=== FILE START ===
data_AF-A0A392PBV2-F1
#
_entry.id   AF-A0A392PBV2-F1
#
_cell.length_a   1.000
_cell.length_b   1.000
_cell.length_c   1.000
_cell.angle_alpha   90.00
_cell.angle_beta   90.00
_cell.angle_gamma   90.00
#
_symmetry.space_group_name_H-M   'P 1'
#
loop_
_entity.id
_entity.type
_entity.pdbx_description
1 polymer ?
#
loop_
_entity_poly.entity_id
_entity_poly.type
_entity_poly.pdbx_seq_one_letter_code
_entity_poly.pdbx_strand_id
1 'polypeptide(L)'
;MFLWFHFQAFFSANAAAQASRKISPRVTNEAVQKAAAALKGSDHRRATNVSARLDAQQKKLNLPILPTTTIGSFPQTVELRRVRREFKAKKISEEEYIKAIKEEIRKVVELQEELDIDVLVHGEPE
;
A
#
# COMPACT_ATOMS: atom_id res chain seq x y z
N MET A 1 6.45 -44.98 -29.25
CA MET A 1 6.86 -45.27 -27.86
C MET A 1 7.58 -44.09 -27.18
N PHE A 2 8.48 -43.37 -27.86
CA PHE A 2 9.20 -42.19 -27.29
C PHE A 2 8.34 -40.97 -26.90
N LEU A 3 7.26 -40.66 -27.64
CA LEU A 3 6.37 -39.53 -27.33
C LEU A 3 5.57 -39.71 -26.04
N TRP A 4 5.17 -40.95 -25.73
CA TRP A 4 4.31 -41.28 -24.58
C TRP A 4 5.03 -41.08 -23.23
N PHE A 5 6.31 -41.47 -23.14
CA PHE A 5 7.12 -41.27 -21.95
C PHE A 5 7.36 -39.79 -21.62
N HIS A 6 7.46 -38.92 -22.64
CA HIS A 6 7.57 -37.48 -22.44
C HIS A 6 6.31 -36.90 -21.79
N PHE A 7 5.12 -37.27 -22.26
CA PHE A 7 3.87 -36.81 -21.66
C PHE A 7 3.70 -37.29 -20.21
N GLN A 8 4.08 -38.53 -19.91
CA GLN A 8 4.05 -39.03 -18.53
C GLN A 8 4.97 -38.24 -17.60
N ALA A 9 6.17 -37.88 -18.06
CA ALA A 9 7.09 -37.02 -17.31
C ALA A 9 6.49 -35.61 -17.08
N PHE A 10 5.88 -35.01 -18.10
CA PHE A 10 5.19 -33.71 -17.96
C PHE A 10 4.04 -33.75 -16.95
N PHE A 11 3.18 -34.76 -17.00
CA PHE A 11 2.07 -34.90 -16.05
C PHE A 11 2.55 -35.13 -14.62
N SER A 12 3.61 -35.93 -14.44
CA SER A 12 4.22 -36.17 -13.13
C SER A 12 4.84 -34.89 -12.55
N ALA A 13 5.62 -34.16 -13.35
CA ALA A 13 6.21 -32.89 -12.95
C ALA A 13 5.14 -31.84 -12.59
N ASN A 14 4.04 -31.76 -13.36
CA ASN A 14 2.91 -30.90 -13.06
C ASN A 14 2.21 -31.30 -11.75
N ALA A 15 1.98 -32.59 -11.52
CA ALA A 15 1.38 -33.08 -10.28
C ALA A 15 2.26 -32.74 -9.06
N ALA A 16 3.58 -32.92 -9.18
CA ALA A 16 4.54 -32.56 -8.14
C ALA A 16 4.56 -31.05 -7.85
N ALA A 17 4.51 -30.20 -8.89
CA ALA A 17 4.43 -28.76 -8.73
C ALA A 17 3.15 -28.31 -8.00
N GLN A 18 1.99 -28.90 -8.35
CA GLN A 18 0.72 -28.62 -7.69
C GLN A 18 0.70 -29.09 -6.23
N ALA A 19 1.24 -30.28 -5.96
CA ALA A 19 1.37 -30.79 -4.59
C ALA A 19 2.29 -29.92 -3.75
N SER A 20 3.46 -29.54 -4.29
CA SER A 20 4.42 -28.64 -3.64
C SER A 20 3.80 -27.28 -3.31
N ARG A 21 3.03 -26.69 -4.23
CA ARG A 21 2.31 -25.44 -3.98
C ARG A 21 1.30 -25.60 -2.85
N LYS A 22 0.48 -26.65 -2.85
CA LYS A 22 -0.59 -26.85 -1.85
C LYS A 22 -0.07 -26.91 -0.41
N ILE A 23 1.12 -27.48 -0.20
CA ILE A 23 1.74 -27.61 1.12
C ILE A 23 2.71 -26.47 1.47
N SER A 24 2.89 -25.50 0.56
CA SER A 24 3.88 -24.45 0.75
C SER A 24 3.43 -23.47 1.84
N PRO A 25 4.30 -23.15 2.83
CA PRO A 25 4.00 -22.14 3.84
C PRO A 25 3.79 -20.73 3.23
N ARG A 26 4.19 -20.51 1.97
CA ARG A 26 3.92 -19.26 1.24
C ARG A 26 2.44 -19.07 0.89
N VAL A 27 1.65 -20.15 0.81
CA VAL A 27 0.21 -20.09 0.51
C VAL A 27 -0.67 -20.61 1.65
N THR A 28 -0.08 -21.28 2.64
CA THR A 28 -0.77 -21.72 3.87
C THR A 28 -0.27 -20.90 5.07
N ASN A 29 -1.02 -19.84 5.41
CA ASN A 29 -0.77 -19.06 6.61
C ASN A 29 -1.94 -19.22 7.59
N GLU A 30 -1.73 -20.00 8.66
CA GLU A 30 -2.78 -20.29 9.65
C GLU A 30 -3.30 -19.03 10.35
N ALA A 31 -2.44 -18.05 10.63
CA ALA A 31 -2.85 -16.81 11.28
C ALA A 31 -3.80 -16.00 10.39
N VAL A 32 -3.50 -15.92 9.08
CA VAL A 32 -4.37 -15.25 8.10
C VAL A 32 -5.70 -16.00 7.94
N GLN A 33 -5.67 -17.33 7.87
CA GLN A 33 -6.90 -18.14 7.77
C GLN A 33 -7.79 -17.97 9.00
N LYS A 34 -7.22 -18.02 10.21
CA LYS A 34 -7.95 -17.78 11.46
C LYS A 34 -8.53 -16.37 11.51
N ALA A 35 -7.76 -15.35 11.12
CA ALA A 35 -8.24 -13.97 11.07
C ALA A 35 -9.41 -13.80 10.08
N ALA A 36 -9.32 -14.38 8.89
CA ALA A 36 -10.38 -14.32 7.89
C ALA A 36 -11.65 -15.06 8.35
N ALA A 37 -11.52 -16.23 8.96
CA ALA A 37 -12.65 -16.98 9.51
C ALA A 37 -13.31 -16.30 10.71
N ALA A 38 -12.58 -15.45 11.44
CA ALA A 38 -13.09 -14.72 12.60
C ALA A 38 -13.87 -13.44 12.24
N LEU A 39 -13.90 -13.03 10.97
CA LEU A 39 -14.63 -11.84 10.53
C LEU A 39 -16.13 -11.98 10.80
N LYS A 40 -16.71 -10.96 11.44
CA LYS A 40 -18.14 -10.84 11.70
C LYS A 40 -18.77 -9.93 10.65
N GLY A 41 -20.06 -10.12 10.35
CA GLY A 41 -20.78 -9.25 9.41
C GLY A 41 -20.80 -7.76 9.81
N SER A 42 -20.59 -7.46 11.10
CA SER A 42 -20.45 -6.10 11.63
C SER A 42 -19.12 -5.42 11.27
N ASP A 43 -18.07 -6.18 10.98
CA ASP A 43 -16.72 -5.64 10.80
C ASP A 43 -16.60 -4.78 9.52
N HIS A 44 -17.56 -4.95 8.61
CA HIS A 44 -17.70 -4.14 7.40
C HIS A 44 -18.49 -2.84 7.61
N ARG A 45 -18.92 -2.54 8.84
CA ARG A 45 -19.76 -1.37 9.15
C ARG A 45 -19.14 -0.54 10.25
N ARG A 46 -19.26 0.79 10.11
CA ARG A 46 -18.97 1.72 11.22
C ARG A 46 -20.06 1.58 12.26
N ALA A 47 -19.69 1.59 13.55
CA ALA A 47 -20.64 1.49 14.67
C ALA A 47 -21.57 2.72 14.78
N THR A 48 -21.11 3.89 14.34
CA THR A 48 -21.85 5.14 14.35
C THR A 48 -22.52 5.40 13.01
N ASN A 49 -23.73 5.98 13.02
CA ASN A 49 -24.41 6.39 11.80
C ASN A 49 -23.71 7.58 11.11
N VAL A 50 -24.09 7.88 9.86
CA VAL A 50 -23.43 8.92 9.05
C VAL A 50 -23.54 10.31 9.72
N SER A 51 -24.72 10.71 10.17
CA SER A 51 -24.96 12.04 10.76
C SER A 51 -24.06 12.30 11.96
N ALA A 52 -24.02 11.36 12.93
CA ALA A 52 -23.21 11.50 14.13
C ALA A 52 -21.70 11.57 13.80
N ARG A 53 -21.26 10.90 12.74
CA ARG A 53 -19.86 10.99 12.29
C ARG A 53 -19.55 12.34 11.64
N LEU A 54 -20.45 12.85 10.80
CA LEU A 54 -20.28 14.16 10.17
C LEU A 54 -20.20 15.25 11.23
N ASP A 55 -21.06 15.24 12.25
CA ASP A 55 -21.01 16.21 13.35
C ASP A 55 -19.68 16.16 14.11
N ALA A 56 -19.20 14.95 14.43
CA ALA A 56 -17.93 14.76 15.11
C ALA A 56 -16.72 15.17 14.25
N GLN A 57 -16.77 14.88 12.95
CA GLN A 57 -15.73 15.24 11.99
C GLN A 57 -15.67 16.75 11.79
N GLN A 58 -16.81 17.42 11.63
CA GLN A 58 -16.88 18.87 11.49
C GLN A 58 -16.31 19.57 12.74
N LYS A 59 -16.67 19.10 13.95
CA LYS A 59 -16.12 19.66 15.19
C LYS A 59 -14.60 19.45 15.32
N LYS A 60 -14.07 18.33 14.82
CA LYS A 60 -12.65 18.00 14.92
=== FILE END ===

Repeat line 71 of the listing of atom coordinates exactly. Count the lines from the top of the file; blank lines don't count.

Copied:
CA ASN A 14 2.91 -30.90 -13.06